Is “Social Origins of Dictatorship and Democracy” still a relevant work for comparativists?

In 1966, Barrington Moore’s Social Origins of Dictatorship and Democracy was published by Beacon Press.  The book has since become a pivotal, must-read for students of comparative politics.  But are his theories which link political development to commercial landowners relevant in a post-Cold War era?

Early Paths to Democracy, Fascism, and Communism

During WWII, there emerged three distinct forms of the modern political state – democracy, fascism, and communism.  As the Cold War raged, Moore attempted to use the unique history of commercial agriculture across Europe and Asia to explain the reasons why certain states developed into certain political systems.  As a product of the times, Moore is a strong proponent of democracy as the ideal form of government.  As Leslie Anderson noted in her doctoral-level introductory comparative politics course at the University of Florida, Moore is creating a hypothesis and its null.  His hypothesis is that certain conditions are necessary for democracy to develop.  Where the conditions are not present, countries developed into the null categories of government – fascism and communism.1

What are Moore’s conditions for democracy?  His book provides a useful, very simple explanation, “No bourgeois, no democracy.”2   In which case, we can expand the empirical framework further to state:

However, this is a gross oversimplification of the argument Moore makes.  Indeed, his description becomes much more nuanced as the book progresses.  If he were employing quantitative methods, his model would gradually include additional independent variables and differentiate several hypotheses to explain how each form of government arises.  Rather than go into too much detail here – I’ll simply provide them in the traditional empirical form.

Of course using an empirical model to describe Moore’s work can be hazardous.  He employs the bread-and-butter of comparative politics – the case study method – to establish evidence to support his theory.  But Anderson’s usage of hypothesis testing to explain Moore’s thesis is a useful way to conceptualize the argument.  This is the last I’ll talk about hard methods.

The bulk of Moore’s book focuses on five key case studies.  England, France, and the United States act as evidence for democratic developments.  Japan (with some comparisons to Germany) acts as a case for fascism.  And China (with some comparisons to Russia) acts as a case for communism.

He concludes that the above internal forces play a critical role in shaping the types of violence (revolutions) and their outcomes (political systems).  The final case study, India, is somewhat of a wild card for Moore.  He is unable to draw tangible conclusions or predictions about India’s political future.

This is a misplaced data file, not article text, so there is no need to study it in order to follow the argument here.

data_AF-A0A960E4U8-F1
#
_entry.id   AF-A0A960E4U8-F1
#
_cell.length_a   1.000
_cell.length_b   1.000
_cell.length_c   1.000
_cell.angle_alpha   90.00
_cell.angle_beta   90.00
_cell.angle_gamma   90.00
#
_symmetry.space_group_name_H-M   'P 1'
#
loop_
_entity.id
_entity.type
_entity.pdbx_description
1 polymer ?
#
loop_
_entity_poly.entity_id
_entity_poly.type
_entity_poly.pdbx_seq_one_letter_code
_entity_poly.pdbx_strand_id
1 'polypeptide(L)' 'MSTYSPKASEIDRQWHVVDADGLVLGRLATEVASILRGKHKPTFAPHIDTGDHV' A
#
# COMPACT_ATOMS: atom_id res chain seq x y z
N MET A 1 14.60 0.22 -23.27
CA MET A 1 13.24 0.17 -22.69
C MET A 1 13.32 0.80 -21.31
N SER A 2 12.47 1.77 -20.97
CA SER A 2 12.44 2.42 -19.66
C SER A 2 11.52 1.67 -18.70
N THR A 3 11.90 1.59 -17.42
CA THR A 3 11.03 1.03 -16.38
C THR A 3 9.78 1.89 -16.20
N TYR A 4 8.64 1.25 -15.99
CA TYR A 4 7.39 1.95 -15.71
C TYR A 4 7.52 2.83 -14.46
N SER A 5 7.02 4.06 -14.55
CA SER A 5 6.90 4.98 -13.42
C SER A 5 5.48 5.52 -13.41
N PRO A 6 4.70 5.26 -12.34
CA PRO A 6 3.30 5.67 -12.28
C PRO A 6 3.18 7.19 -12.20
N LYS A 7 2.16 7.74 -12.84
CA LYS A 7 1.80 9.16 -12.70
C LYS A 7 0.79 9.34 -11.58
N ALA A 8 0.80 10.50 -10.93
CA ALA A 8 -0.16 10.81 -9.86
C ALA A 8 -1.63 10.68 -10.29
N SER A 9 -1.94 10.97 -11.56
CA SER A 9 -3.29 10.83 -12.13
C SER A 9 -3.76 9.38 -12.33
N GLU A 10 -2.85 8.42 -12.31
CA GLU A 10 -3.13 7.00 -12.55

Relevancy to Post-Cold War Institutionalism?

Moore’s thesis is an important explanation of historical developments that led to democracy, fascism, and communism up until WWII.  His work is still assigned to most students of comparative politics.  Yet, as a student myself, I wonder about the relevancy of his work in today’s globalized, post-modern society.  What would Moore say about the EU, a new form of post-sovereign mega-state?  What would he say about the pseudo-democracies that have resulted from the international normative stance on democracy building? Just as his former student Theda Skocpol criticized the work for being to domestic-centered and not accounting for the inter-societal influences on the development of state structures,3 I too wonder if in today’s society, a country can truly build its political system while remaining completely immune to outside pressures.  If given the chance, would Moore have attempted to fit cases like Uganda into his existing model, or would he have created new categories of modern states to reflect the evolution of political systems since 1989?

The work certainly continues to be an informative piece on the historical progression of political systems, on the domestic influences that help create the political features of a state, and on the case-study method in comparative politics.  But as a tool for explaining developments in international politics since the end of the Cold War?  While elements in his thesis might be useful, it is simply not enough to explain wholly developments in political structures within today’s global society.


1. Anderson, Leslie.  Lecture for Introduction to Comparative Politics (CPO 6091), University of Florida, 18 September 2012.

2. Moore, Barrington.  Social Origins of Dictatorship and Democracy. Beacon Press: Boston, 1993, p.418.

3. Skocpol, Telda.  “A Critical Review of Barrington Moore’s Social Origins of Dictatorship and Democracy.” Politics Society, 4:1, 19


Leave a Reply

Fill in your details below or click an icon to log in: Logo

You are commenting using your account. Log Out / Change )

Twitter picture

You are commenting using your Twitter account. Log Out / Change )

Facebook photo

You are commenting using your Facebook account. Log Out / Change )

Google+ photo

You are commenting using your Google+ account. Log Out / Change )

Connecting to %s